A storm system moving through the Southeast on Wednesday spawned at least five suspected tornadoes in Georgia and South Carolina, according to forecasters.
Meteorologist Patrick Marsh with the nation's Storm Prediction Center said suspected tornadoes were reported in Newton, Randolph, Webster and Dodge counties in Georgia and in Saluda County, South Carolina.
A wide area of the South, including Alabama, Georgia and parts of South Carolina were under the threat of powerful, long-lived tornadoes, according to forecasters. Schools, churches and some businesses shut down across the region as a precaution.
There were no immediate reports of injuries, deaths or major damage from the tornado in Georgia's Stewart County, authorities in the largely rural region said. National Weather Service meteorologist Keith Stellman told the Associated Press the tornado touched down about noon and traveled some distance on the ground.
Winds toppled several trees along roads and an interstate and power lines also were down, Stewart County Sheriff Office dispatcher Sandra James said by phone. She said she was unaware of any injuries or major damage to buildings or homes.
Authorities in Johnston, South Carolina, a town of 2,300 that calls itself The Peach Capital of The World, reported a possible tornado there damaged about a dozen buildings. Crews couldn't immediately check nearby peach orchards but authorities said those were already severely damaged by a late March hard freeze.
Johnston Mayor Terrence Cullbreath said he opened a local armory as a shelter and that lights were out and many streets were blocked by fallen trees. Thousands had lost power across the three states Wednesday, with utilities struggling to keep up.
"We need power back," Cullbreath told the AP by phone. "But there likely are more storms coming and they can't get the power back in bad weather."
The first round of severe weather moved into the metro Atlanta area early Wednesday morning during rush hour, causing major traffic delays and dangerous driving conditions, FOX 5 Atlanta reported.
The storms also caused travel delays at Atlanta's Hartsfield-Jackson International Airport, where FAA officials ordered a ground stop, halting all incoming and outgoing flights. The ground stop was lifted shortly after 1:30 p.m. local time.
Fire crews also investigated several house fires in metro Atlanta, which may have been sparked by lightening, according to FOX 5 Atlanta.
In neighboring Alabama, Gov. Robert Bentley declared a state of emergency because of the threat, resulting in multiple school closings, and many schools in South Carolina dismissed classes early.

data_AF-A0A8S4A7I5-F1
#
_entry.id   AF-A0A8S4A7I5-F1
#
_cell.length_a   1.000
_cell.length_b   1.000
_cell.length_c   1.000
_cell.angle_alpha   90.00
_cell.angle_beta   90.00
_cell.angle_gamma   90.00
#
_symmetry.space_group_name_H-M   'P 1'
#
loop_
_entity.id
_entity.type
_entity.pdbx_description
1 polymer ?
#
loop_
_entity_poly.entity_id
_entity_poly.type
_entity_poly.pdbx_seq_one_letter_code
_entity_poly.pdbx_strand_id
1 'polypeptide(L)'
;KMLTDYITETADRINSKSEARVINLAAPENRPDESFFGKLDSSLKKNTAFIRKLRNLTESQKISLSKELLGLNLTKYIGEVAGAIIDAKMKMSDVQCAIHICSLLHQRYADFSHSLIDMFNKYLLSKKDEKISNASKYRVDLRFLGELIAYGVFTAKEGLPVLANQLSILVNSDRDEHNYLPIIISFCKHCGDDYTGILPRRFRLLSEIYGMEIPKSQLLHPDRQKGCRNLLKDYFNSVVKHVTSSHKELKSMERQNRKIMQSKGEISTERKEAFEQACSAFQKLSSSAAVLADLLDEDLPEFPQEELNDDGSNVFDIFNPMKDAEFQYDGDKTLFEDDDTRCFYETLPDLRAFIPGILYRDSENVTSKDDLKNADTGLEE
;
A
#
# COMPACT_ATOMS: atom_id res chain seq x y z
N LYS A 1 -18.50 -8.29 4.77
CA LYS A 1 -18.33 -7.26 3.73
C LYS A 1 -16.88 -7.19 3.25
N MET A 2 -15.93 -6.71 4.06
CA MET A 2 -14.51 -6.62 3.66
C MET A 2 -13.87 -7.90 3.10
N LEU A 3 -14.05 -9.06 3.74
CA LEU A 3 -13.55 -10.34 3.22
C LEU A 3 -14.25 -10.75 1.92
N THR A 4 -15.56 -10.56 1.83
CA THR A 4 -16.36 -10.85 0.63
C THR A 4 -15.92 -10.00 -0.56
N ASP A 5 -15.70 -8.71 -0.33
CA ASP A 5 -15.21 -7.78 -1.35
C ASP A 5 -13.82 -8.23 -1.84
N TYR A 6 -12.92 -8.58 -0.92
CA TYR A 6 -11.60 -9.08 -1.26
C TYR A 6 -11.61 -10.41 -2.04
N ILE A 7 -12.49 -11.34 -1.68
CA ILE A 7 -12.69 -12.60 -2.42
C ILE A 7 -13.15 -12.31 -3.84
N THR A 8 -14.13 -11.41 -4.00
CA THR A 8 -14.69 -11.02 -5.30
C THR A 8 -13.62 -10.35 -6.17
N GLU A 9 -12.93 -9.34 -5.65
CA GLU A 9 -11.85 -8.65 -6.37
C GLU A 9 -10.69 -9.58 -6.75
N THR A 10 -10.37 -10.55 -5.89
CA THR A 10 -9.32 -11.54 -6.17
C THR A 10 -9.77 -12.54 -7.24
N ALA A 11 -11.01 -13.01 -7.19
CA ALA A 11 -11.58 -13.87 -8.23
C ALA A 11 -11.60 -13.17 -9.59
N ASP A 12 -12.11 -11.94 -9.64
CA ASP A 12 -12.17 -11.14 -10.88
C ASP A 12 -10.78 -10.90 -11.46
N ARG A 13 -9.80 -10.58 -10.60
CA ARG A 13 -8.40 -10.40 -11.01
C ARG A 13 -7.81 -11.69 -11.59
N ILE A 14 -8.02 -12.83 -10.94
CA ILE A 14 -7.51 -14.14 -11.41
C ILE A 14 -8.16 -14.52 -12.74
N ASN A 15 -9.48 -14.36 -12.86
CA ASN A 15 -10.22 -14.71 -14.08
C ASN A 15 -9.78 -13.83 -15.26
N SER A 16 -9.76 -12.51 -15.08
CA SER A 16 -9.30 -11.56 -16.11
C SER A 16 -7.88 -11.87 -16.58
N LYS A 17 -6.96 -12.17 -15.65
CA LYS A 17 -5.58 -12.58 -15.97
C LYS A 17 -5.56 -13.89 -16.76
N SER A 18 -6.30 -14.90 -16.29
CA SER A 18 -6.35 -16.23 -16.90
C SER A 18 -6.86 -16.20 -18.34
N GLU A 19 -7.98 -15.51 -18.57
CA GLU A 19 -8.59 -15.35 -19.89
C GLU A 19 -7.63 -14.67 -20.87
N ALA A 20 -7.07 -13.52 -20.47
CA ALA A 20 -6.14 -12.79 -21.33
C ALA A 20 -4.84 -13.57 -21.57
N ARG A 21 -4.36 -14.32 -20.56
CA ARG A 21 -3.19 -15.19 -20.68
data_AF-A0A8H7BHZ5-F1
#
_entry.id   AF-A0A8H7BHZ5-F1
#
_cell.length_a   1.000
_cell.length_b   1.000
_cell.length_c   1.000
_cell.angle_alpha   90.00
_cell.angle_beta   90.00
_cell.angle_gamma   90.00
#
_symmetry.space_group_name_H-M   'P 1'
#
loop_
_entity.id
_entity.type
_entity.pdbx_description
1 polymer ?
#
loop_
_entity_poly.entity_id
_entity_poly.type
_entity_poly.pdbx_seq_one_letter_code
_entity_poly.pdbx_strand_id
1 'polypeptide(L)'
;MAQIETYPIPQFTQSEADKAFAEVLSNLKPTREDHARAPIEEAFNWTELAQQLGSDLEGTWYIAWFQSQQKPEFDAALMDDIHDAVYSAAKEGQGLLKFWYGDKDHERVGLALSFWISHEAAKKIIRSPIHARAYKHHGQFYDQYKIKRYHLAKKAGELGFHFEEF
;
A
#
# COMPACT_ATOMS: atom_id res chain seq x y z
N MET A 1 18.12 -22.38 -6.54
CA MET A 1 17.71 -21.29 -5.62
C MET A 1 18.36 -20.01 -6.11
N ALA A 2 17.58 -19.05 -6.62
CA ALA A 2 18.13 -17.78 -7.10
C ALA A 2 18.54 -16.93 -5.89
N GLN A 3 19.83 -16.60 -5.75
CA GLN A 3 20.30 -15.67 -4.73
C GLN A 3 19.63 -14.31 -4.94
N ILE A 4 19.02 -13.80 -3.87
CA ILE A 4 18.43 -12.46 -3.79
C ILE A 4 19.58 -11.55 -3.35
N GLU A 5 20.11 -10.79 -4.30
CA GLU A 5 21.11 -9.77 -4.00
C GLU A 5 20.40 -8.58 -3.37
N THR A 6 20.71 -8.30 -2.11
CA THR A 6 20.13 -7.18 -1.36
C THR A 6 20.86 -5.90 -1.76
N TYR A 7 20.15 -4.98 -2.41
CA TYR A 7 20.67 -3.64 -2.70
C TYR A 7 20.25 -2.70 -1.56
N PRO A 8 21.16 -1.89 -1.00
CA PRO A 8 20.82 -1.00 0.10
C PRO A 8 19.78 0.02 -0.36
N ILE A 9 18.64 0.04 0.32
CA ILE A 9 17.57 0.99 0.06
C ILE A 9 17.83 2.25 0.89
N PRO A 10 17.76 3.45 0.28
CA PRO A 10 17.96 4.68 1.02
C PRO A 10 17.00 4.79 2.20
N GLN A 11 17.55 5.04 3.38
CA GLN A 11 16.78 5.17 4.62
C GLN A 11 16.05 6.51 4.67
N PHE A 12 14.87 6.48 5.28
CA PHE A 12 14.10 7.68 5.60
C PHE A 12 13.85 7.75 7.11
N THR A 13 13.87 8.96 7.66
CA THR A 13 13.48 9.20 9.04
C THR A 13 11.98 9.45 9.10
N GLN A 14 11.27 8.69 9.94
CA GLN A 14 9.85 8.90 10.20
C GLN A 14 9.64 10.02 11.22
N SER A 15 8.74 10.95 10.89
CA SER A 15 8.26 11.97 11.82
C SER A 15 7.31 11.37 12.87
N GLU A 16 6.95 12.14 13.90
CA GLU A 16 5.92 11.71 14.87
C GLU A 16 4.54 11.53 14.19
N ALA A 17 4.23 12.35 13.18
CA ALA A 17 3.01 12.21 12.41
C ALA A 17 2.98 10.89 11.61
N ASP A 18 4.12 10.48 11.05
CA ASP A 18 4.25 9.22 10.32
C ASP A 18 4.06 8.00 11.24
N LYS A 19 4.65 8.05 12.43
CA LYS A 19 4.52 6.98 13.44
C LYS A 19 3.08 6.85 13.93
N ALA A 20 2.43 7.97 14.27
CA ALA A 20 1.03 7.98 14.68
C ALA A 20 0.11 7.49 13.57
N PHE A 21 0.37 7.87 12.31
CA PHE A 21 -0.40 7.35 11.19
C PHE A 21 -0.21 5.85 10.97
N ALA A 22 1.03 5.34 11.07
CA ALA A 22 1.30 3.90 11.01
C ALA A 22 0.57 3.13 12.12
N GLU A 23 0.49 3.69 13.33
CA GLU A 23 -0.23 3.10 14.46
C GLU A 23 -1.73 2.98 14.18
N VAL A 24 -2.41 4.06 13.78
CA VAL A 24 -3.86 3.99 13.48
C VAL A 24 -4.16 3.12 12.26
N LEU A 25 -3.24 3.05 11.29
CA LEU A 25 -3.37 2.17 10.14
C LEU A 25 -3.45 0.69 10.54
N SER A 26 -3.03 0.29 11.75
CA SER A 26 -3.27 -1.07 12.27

The weather also affected the Masters golf tournament, where officials suspended practice rounds on Wednesday afternoon, cutting short the final afternoon practice before the start of the tournament. It was the second suspension of play on Wednesday and also cut short the popular Par 3 Contest. Augusta National was forced to close Monday because of heavy rains.
In the east Alabama city of Oxford, convenience store manager Don Copeland was working up courage to go outside and look at his truck after a storm dumped so much grape-sized hail the ground turned white.
"It's a 2015. I just made a $550 payment this morning," Copeland said.
The National Weather Service said it had received reports of baseball-sized hail in the west Alabama town of Camden, but only small ice pellets fell at the McGraw-Webb Chevrolet Inc.
"Thank goodness we did not get that. We just had pea-sized hail, and two or three cars were damaged," said Evan Bohannon, who handles online sales for the dealership.
The weather service said strong storms were possible from Alabama to the Carolinas. Forecasters issued multiple watches and warnings as a line of weather moved through Georgia, including metro Atlanta.
Alabama Power Co. reported 5,500 electrical outages statewide early Wednesday, a number that could grow through the day.
In Georgia, National Weather Service meteorologist Laura Belanger said about 75 percent of the state could experience severe weather, with chances worsening in the afternoon.
The outbreak of severe weather was the second to hit the South in less than a week.
Storms on Sunday and Monday killed five people, including a Mississippi woman who desperately tried to direct rescuers to her sinking vehicle after it skidded into a rain-swollen creek.
The Associated Press contributed to this report.